Voters satisfaction with the PM’s performance plunged by a stunning 7 points from 62 per cent to 55 per cent in the space of just two weeks in late March.
Mr Morrison also suffered a four-point plunge as preferred PM. His rating now stands at 52 per cent support as the preferred prime minister, still well in front of Labor leader Anthony Albanese who rose two points to a modest 32 per cent.
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The Western Force have declared their intention to go after rookie Waratahs No.10 Ben Donaldson but NSW co-coach Jason Gilmore is adamant the 22-year-old will handle the traffic and come through with the goods after having his position in the team questioned this week.
Force coach Tim Sampson praised the new Waratahs playmaker, who will make his first start at Super Rugby level in the must-win match in their penultimate round of Super Rugby AU’s regular season, and said he would come in for special attention.
“He’s quite a skilful young fella and has a nice passing game,” Sampson said. “He’ll be a handful but we’re going to put a lot of pressure through that area of the field with our defence. We’ll try and take away his space.”
Force captain Kyle Godwin added: “We’d be wanting to put pressure on him.”
Gilmore hit back, saying Donaldson’s calm character would help him overcome any Force barrage and reiterated Chris Whitaker’s promise that he was ready for a maiden Super Rugby start, having come off the bench a number of times last season.
“Every No.10 gets pressure put on them. It’s no different for [Force five-eighth Domingo] Miotti with us. We want to make him as uncomfortable as we can,” Gilmore said. “Donno is a pretty laid-back style of guy. He takes everything in his stride, so he’s a pretty composed player. He’s coming back from injury, played pretty well for Randwick [on Saturday], so he’s coming into this game feeling pretty good about himself. Tane [Edmed] is just behind him. We’re pretty confident with those two.”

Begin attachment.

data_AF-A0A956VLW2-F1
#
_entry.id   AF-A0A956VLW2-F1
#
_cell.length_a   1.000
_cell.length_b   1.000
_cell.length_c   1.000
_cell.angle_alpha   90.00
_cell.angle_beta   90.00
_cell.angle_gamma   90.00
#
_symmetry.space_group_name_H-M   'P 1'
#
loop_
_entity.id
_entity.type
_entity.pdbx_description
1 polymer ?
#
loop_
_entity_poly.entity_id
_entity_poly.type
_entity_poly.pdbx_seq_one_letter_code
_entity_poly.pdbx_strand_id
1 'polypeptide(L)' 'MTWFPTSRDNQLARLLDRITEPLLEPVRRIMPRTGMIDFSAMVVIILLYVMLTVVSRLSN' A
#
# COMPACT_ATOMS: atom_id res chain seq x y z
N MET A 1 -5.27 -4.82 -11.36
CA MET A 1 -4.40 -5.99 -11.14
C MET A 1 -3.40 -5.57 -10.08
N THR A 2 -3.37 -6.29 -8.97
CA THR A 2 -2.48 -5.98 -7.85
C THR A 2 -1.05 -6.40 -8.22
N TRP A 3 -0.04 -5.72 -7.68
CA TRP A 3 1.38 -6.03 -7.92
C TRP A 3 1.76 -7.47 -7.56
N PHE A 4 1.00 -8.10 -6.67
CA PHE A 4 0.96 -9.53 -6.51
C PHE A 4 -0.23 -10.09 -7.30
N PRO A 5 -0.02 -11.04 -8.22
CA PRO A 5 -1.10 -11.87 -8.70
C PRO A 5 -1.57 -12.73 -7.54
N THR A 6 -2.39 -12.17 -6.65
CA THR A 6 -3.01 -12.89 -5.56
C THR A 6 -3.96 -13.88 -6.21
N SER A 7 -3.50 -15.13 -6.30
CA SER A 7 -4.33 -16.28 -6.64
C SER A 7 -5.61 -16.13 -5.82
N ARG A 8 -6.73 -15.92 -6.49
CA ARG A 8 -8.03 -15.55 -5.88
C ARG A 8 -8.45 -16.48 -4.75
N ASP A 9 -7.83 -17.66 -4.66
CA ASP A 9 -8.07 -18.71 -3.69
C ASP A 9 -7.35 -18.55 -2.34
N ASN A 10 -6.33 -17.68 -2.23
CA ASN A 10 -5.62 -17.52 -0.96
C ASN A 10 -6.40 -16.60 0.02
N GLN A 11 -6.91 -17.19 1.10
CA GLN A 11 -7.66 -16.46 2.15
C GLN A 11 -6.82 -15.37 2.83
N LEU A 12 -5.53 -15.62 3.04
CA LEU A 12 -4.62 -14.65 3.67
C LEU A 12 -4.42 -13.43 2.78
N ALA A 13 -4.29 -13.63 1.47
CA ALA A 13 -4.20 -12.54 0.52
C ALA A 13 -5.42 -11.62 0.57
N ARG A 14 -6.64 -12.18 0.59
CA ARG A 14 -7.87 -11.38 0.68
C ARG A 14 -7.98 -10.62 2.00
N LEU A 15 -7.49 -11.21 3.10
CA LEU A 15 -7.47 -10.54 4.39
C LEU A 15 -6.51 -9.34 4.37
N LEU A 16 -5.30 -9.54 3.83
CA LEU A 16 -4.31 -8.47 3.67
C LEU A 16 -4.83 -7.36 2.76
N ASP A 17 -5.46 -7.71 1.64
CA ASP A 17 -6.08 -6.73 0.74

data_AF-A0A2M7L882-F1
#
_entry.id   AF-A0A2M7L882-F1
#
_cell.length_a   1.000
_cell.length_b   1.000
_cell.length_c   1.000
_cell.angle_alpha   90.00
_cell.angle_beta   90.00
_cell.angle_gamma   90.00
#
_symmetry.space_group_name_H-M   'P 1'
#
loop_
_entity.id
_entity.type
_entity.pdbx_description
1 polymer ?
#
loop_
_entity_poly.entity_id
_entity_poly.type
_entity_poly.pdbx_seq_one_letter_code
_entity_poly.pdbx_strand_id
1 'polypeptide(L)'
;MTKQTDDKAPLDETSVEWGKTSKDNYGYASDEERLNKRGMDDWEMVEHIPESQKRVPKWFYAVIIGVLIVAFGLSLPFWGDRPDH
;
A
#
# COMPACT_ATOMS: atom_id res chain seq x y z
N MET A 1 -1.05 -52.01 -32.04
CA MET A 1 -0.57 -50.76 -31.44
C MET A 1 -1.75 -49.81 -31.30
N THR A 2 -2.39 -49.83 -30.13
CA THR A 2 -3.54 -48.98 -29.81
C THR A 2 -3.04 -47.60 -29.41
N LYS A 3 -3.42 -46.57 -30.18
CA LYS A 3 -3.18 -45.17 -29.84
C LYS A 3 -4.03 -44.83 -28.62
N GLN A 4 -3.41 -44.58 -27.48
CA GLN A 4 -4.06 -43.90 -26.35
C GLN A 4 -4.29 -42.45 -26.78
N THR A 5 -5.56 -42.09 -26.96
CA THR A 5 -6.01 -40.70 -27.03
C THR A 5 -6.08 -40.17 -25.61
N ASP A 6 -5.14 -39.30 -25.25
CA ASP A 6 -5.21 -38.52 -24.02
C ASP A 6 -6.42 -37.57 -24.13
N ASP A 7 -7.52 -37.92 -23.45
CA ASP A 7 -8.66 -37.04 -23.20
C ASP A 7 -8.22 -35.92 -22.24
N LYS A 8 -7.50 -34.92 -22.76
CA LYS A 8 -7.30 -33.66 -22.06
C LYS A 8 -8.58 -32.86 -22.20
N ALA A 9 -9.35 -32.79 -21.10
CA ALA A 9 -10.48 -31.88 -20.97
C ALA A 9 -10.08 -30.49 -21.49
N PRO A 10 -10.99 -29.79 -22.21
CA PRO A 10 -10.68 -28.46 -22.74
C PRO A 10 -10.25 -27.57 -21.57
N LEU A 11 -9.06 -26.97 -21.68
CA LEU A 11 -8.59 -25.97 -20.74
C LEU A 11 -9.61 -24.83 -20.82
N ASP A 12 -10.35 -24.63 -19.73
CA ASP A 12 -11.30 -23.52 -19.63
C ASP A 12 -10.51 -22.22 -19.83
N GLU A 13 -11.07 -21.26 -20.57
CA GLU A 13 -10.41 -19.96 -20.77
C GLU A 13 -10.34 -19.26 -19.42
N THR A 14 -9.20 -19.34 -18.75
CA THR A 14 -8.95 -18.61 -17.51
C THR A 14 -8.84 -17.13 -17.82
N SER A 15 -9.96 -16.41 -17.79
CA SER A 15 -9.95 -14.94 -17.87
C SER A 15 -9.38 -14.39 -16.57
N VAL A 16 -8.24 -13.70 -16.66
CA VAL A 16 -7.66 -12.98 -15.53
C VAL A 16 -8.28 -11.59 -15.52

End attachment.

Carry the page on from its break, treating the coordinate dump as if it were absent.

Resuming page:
The selection of Donaldson over Edmed has prompted debate in NSW rugby circles following Eastwood coach Ben Batger’s insistence that Edmed should have been picked.
Batger said it was “crazy” to pick Donaldson and slammed the logic of going with a player with next to no football under his belt this year.
“I definitely think people have forgotten about him,” said Gilmore of Donaldson, who he coached in the 2019 Junior Wallabies team. “Last year he played a lot of Shute Shield, came off the bench behind [Will Harrison], got some really good minutes against the Reds at the SCG and played really well.
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The Giants’ other co-captain, Callan Ward, won the Brett Kirk Medal for his inspiring 31-possession effort, as his young side answered all questions about their ability to last four quarters by overwhelming the Swans 6.4 to 0.5 in the last term.
It was easily the most significant of the four wins GWS has achieved, the others coming against Gold Coast and Port Adelaide in 2012 and Melbourne last year.
“Going through these tough times really does make you enjoy the days that are good,” midfielder Ward said.
The Giants led 19-12 early before the Swans kicked three straight goals to set up a 13-point lead at the first break.
Cameron said during the delay he addressed areas like contested ball and clearances in which they subsequently lifted after play resumed.
Swans coach John Longmire lamented his side’s inability to capitalise on a dominant period in the second quarter in which they led by as much as 24 points, but were outscored 3.0 to 1.6.
“We didn’t take those chances in that first half, that second quarter in particular,” Longmire said.
“Then they really lifted after halftime and we couldn’t go with them.
“We should have responded particularly in the last quarter.
“We didn’t hit the bodies hard enough and weren’t clean enough. We missed tackles – all the things you can’t afford to do.”
Asked about Franklin’s effort Longmire said: “He was quiet, we had a few.”
The day started badly for Sydney, with co-captain Kieren Jack pulling out with a sore back.